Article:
Coco Nuco

Coco Nuco is a visual artist who creates clothing dyed by hand from locally foraged plants. Coco gathers the plants, makes the dyes, dyes the fabrics, and then sews the fabrics into exquisite clothes that are “filled with ingredients that love you back.” Her business is SOMOS and her passion is creating beauty through clothing, movement, and photography.


What time do you get up? Between 3 and 5 in the morning, but just for an hour or two, then I usually go back to sleep until 8 or 9.

What is your morning routine? In the dark hours (from 3 to 5) I typically wander over to the living room to paint, draw, write about the dream I was immersed in, or just lie on the ground and stare at the ceiling. Once 8 rolls around I usually brew a hot cup of something, read a bit (lately it’s been Child’s Play by Allan Kaprow or The Essential Rumi), and go through a movement meditation..

What, if any, is your daily routine? There are several long layers of my work so the routine shifts week to week depending on what step of the process I am in. Some weeks I sketch, design patterns, and sew all day. Other weeks I scavenge for color in nature and then dye fabric from 10am to 8pm. And sometimes I spend the weeks collaborating with others and finding a way to record that process.

I try to get into the studio by 9:30 or 10 in the morning. Usually I answer emails first and then get right into the creative work. I take short, yet frequent, breaks to step outside, stretch, wiggle around, snack, and nap. When I find a good stopping point, possibly around 8pm to 10pm, I make a to do list for the next day.

“The collections I make don’t necessarily come down to finishing one garment and being happy with that. That’s not really the end for me. The way I see it is more of a dance with clothing. Giving the garments a place to live.”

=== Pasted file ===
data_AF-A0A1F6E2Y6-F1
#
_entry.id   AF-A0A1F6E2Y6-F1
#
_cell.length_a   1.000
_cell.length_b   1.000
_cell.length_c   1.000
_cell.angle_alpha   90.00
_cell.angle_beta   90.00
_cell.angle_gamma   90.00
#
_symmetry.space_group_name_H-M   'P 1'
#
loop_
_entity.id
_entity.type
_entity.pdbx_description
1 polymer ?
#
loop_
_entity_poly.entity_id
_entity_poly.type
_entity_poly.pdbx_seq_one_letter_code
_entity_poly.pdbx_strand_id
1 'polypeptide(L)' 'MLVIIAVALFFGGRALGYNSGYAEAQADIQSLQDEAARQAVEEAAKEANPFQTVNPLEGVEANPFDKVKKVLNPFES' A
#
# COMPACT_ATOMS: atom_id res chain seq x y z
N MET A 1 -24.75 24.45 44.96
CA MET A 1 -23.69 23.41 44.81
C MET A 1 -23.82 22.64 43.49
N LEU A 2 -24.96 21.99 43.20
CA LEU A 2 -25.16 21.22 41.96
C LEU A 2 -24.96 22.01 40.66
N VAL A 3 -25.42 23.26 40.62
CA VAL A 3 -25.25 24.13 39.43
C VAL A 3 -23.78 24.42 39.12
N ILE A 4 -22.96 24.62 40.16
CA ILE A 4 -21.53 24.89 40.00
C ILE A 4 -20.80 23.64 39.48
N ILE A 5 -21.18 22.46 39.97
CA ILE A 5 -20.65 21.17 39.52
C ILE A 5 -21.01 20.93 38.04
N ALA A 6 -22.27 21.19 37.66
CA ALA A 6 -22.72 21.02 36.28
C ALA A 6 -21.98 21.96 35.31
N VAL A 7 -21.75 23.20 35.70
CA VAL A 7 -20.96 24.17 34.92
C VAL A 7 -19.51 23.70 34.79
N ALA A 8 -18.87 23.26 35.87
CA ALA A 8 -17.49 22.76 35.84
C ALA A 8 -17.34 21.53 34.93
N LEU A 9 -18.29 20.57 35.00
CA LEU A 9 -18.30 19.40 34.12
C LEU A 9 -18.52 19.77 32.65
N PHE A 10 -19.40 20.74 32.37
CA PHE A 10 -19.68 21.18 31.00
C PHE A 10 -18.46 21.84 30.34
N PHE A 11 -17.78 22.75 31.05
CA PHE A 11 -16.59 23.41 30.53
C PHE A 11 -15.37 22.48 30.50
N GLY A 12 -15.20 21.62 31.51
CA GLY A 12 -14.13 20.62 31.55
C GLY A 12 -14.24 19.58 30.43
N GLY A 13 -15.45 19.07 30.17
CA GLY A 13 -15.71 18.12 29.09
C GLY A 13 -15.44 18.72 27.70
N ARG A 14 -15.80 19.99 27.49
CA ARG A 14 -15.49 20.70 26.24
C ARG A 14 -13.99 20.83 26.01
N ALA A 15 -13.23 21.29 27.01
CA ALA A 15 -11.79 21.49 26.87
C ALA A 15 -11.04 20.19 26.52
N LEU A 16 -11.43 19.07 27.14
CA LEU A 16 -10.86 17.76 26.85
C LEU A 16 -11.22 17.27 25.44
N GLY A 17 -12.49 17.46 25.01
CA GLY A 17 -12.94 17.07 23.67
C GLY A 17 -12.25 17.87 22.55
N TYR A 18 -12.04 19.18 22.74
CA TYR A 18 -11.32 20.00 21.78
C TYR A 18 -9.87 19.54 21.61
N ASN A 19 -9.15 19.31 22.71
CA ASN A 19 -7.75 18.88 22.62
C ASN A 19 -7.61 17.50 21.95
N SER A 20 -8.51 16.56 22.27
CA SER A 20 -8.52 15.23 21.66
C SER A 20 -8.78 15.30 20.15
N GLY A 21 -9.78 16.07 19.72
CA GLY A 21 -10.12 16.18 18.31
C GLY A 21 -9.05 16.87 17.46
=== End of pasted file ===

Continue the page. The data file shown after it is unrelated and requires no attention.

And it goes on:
Do you have a dedicated space for your creative work? Yes!

What are some of your favorite items/qualities about your work space? It’s a home studio. There’s a lot that I love about it but there are also challenges to creating in the space that I live in.

I have a dye studio in the detached garage just a few steps away from the house which allows for stains, scents, incantations, and all sorts of messes. This space provides a sense of creating outdoors because I leave all the doors and windows open. It’s very comforting. Being in there makes me feel like a mad scientist – which is a bonus.

There is another portion of my studio that is inside the house right across from my bedroom. It’s filled with fabrics, sketches, mood boards, clothing racks, and such. Part of the reason I love working in this space is because the sunlight reaches the room for a majority of the day, making it the brightest and warmest space in the house (I love the heat)!

Do you wait for inspiration or start regardless?  Inspiration is everywhere so I start regardless. Although I do have moments of feeling “stuck,” in those times I tend to flip through old sketchbooks and journals, or immerse myself in a different medium for a short while. Something will spark back up again.